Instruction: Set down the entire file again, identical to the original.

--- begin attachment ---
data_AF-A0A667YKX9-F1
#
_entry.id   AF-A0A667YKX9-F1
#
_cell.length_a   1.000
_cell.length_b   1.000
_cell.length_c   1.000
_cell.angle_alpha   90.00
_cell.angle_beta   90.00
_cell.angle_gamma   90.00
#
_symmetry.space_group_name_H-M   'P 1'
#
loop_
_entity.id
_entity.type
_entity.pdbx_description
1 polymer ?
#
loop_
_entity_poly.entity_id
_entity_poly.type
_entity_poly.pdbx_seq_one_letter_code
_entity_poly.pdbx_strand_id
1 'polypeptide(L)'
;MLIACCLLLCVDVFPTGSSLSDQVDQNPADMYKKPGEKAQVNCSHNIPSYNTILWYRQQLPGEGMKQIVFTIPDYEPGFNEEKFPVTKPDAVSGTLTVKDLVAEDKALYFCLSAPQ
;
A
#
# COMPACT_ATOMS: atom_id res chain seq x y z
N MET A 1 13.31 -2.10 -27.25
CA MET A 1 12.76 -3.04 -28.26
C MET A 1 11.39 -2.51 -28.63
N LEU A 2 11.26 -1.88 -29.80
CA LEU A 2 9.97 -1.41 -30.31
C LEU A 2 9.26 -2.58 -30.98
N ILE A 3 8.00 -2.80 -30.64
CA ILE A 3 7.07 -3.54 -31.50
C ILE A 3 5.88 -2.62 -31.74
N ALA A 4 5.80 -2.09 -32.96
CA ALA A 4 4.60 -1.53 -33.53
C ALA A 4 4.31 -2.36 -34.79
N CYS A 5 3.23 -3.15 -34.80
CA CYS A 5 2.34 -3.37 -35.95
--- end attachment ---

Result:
data_AF-A0A667YKX9-F1
#
_entry.id   AF-A0A667YKX9-F1
#
_cell.length_a   1.000
_cell.length_b   1.000
_cell.length_c   1.000
_cell.angle_alpha   90.00
_cell.angle_beta   90.00
_cell.angle_gamma   90.00
#
_symmetry.space_group_name_H-M   'P 1'
#
loop_
_entity.id
_entity.type
_entity.pdbx_description
1 polymer ?
#
loop_
_entity_poly.entity_id
_entity_poly.type
_entity_poly.pdbx_seq_one_letter_code
_entity_poly.pdbx_strand_id
1 'polypeptide(L)'
;MLIACCLLLCVDVFPTGSSLSDQVDQNPADMYKKPGEKAQVNCSHNIPSYNTILWYRQQLPGEGMKQIVFTIPDYEPGFNEEKFPVTKPDAVSGTLTVKDLVAEDKALYFCLSAPQ
;
A
#
# COMPACT_ATOMS: atom_id res chain seq x y z
N MET A 1 13.31 -2.10 -27.25
CA MET A 1 12.76 -3.04 -28.26
C MET A 1 11.39 -2.51 -28.63
N LEU A 2 11.26 -1.88 -29.80
CA LEU A 2 9.97 -1.41 -30.31
C LEU A 2 9.26 -2.58 -30.98
N ILE A 3 8.00 -2.80 -30.64
CA ILE A 3 7.07 -3.54 -31.50
C ILE A 3 5.88 -2.62 -31.74
N ALA A 4 5.80 -2.09 -32.96
CA ALA A 4 4.60 -1.53 -33.53
C ALA A 4 4.31 -2.36 -34.79
N CYS A 5 3.23 -3.15 -34.80
CA CYS A 5 2.34 -3.37 -35.95